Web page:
Giovanni di Lorenzo, Editor-in-Chief of weekly newspaper Die Zeit, Germany, believes in the future of newspaper, despite the current crisis. In his speech "Why I believe in Print," di Lorenzo emphasized the importance of economic sustainability to finance quality journalism - both in print and online.
And although he acknowledges that new media could be a possible source of income in the future, he stated: "As long as we do not make money out of online journalism, we have to concentrate on print." He challenged the prophets of a digital revolution and reminds the audience of the virtues of print journalism. "In times of crisis the readers demand for analysis and orientation". In his view, print caters for both. "Newspapers of the future are not the river but the shores" he says. They are providing guidance for the flow of information.
Nevertheless, di Lorenzo received the World Editors Forum's proclamation of the "The Tablet Year" as a new chance for journalistic work: "We need to understand the iPad as a promising device to monetarize high-quality journalism in the digital world - simply to keep this independent and unadjusted profession alive." But meanwhile, he questioned the progressive tone of some colleagues."When journalists declare the end of print in the newspapers and publishers promote the internet, I wonder about this pleasure to diminish their own profession."
Di Lorenzo added that although it was true that fewer young people read the paper today than did so in the past, it is not true to say that only interested in how many friends they had on Facebook. Indeed, most new readers of Die ZEIT are in their twenties or thirties. "We have to concentrate on those who still do read rather than run after those that we cannot reach anymore anyway", he said.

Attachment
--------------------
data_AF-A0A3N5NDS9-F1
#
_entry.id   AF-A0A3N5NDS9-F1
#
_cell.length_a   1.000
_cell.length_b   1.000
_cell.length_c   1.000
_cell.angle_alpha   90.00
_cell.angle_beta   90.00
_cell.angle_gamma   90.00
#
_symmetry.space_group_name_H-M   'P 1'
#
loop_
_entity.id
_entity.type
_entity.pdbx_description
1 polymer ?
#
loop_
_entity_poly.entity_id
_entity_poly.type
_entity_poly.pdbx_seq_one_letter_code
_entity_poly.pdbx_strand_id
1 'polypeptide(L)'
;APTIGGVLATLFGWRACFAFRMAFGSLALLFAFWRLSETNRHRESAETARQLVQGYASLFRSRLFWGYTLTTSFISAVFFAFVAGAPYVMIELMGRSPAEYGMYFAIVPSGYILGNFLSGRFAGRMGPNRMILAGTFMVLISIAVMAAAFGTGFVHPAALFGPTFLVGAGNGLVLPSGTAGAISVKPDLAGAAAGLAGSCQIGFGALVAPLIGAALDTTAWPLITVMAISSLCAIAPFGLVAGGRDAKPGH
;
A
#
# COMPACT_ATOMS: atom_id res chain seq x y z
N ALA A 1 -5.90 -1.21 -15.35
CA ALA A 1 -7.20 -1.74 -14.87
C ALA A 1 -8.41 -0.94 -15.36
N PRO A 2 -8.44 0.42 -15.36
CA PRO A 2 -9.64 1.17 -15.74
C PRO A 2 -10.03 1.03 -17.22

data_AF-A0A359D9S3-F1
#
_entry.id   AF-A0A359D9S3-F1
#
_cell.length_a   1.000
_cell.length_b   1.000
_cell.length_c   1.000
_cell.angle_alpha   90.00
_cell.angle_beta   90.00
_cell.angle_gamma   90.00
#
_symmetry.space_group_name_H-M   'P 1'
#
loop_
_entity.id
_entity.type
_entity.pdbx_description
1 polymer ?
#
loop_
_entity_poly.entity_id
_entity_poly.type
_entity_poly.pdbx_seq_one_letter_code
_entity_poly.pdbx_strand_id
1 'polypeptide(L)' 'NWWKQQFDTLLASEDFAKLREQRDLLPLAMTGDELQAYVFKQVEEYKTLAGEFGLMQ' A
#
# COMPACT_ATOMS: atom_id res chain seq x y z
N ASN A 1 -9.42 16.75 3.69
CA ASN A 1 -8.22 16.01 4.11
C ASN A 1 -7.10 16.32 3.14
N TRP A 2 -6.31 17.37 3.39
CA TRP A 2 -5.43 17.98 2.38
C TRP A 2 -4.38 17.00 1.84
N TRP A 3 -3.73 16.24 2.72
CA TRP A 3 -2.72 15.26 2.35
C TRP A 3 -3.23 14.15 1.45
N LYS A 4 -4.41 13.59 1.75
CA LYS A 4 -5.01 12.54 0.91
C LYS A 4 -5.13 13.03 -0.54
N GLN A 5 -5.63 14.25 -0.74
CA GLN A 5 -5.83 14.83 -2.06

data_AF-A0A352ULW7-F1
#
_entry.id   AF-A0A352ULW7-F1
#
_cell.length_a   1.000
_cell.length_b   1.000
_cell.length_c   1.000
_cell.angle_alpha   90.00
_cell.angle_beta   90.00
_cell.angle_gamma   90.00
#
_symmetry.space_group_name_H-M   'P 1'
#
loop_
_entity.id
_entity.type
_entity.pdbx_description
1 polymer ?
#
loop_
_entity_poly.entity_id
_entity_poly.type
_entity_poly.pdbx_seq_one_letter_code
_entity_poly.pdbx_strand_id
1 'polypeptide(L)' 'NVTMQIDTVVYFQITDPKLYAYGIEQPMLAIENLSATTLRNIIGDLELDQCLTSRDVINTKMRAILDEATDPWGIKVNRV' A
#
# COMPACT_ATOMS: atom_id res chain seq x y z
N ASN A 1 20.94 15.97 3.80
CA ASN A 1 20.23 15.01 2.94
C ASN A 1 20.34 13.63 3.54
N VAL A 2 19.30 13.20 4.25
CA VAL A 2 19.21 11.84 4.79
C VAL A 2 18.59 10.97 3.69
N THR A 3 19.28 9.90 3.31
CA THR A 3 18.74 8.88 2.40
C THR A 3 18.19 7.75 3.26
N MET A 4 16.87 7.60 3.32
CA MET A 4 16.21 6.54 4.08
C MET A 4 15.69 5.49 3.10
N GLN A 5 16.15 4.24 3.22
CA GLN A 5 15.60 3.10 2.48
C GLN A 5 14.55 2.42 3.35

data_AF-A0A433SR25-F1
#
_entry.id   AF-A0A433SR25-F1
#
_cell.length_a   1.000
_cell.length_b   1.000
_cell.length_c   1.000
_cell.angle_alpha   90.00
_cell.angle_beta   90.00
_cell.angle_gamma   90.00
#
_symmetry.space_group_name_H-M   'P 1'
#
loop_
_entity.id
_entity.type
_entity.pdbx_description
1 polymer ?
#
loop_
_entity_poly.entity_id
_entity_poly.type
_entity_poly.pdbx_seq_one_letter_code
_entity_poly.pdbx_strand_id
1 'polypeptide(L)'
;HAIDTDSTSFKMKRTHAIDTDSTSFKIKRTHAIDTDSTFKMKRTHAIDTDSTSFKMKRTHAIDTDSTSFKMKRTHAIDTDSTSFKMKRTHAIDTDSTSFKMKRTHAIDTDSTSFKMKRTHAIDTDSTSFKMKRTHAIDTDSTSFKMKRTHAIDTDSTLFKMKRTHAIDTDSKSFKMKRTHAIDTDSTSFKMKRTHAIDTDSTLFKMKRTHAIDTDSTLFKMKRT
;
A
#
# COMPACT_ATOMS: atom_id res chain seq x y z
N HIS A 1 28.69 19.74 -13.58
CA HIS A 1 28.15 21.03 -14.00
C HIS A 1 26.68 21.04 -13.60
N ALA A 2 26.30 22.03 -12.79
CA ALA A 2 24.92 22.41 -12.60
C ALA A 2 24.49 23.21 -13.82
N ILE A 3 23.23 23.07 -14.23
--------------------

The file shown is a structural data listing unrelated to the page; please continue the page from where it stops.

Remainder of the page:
However, newspapers and weekly magazines have had to change, too. They have had to get to know their readers better and listen to what they were interested in, di Lorenzo said. Not only journalists but readers too can create great content. An example he gave was that print media can try to embrace a very digital idea of user generated content. For that reason Die ZEIT introduced a new section that gives readers the opportunity to write about what they are angry about, what quotes they liked - something they would normally do online. Di Lorenzo explained that on this page, readers nominated their "hero of the week", protested against political decisions and wrote letters to prominent personalities. The feedback was amazing, he said. And this content could be transferred on an iPad as well. However, the boundaries between professional journalists and readers should never be blurred, he stressed.
In times of change, print media must dare something instead of freezing in fear, di Lorenzo said. They should risk failing with a new section rather than not giving it a go in the first place. "I call that, in the style of the military, 'flexible response'", he said.